For close to sixty years Afghanistan was one of the largest recipients of foreign development aid and yet it remains one of the poorest countries on the planet. The Soviet Union pro- vided Afghanistan with large-scale economic and technical assistance for nearly twenty-five years before invading in 1979 and then in- creased the volume of assistance even further during the 1980s in an effort to prop up the government and undermine the anti-Soviet insurgency. None of this aid made any lasting difference to Afghan poverty. As in so many other countries, foreign aid did not promote economic growth. Using unexplored Russian sources, this book describes and analyses the economic and technical assistance programs run by the Soviet Union from the mid-1950s through to the collapse of the Soviet Union in 1991, and places them in the context of both Soviet-era development theories and more recent ideas about the role of institutions in fostering economic growth. In some respects Soviet development theorists were actually ahead of their contemporary Western counterparts in realising the centrality of institution-building, but they proved unable to translate their theories into practical solutions. The reasons why their assistance programs failed so completely in Afghanistan remain compellingly relevant today.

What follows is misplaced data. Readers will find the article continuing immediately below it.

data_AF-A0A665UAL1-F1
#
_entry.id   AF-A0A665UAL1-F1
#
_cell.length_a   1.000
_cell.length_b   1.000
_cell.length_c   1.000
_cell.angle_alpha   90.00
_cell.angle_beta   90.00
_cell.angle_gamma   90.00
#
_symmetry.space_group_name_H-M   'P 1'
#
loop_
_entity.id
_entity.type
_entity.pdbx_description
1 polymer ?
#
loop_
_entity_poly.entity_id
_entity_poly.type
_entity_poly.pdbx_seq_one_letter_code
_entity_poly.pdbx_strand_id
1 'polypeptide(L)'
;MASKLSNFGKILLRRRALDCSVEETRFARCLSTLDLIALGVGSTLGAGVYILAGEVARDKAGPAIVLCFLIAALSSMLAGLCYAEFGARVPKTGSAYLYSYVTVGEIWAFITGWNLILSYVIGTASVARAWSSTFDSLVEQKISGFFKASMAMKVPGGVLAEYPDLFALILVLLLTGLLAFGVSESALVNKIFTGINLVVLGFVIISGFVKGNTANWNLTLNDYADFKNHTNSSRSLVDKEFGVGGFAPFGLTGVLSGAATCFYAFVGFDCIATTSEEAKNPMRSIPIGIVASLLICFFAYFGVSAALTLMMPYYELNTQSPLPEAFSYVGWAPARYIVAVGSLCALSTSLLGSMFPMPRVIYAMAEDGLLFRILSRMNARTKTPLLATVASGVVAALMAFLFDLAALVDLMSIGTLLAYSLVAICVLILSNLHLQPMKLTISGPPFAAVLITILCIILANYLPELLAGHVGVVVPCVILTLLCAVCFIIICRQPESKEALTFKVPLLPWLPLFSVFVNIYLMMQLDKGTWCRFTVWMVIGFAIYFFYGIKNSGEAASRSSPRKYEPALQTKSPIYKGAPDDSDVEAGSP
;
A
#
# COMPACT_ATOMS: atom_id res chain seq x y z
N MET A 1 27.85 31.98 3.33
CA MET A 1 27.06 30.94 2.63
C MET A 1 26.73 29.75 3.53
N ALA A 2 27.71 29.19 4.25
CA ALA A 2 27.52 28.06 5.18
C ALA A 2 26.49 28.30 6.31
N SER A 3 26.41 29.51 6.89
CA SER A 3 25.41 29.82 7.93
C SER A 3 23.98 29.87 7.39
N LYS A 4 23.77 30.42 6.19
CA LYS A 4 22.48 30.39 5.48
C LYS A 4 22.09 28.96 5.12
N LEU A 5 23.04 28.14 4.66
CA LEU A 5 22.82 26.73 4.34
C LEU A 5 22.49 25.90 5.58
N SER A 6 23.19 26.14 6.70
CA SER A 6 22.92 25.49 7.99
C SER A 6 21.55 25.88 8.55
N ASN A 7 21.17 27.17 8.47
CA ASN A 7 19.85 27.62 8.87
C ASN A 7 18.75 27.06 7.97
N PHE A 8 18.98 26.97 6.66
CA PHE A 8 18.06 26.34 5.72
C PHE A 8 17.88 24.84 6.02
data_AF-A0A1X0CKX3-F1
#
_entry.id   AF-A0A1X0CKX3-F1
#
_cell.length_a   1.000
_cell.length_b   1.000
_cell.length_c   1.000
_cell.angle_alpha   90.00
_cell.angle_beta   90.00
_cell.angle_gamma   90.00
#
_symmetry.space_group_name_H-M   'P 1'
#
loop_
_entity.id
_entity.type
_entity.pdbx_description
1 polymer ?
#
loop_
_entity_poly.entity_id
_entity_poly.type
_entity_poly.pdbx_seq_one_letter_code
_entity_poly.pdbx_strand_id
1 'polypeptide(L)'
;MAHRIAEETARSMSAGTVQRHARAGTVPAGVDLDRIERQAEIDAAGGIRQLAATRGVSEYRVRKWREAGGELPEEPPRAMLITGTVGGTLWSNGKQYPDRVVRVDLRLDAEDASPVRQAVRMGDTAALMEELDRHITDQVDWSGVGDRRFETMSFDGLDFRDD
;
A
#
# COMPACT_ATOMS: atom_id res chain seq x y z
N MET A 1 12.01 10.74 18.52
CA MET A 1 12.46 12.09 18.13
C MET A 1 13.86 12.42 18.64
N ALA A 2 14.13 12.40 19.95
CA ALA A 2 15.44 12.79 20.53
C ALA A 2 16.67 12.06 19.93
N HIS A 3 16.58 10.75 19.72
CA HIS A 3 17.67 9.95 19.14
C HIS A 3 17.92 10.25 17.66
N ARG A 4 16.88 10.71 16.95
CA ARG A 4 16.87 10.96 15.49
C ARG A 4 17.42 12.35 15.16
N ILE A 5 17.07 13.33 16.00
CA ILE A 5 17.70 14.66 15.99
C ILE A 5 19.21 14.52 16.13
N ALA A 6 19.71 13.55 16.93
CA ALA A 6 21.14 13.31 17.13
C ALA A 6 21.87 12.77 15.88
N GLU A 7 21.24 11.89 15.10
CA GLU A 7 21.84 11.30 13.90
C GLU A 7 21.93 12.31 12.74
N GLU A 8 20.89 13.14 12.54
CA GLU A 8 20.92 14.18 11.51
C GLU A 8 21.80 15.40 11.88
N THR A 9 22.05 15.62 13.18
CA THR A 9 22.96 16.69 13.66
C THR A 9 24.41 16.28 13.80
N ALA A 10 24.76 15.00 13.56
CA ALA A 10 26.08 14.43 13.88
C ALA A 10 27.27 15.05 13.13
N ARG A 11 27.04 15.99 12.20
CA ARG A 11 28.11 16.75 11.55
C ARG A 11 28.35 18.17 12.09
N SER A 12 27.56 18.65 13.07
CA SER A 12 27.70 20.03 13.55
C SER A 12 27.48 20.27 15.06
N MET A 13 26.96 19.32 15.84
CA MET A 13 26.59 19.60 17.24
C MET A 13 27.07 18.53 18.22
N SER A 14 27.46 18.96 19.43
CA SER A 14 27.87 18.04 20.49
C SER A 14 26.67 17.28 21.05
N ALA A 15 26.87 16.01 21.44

Paul Robinson is a professor in the Graduate School of Public and International Affairs at the University of Ottawa. He has written numerous books and articles on a wide variety of subjects including Russian and Soviet history, most notably The White Russian Army in Exile, 1920-1941. Jay Dixon has a PhD in Economics from UCLA. He currently works for Industry Canada, researching the determinants of Canada's economic growth, and lectures on macroeconomic policy in the Graduate School of Public and International Affairs at the University of Ottawa.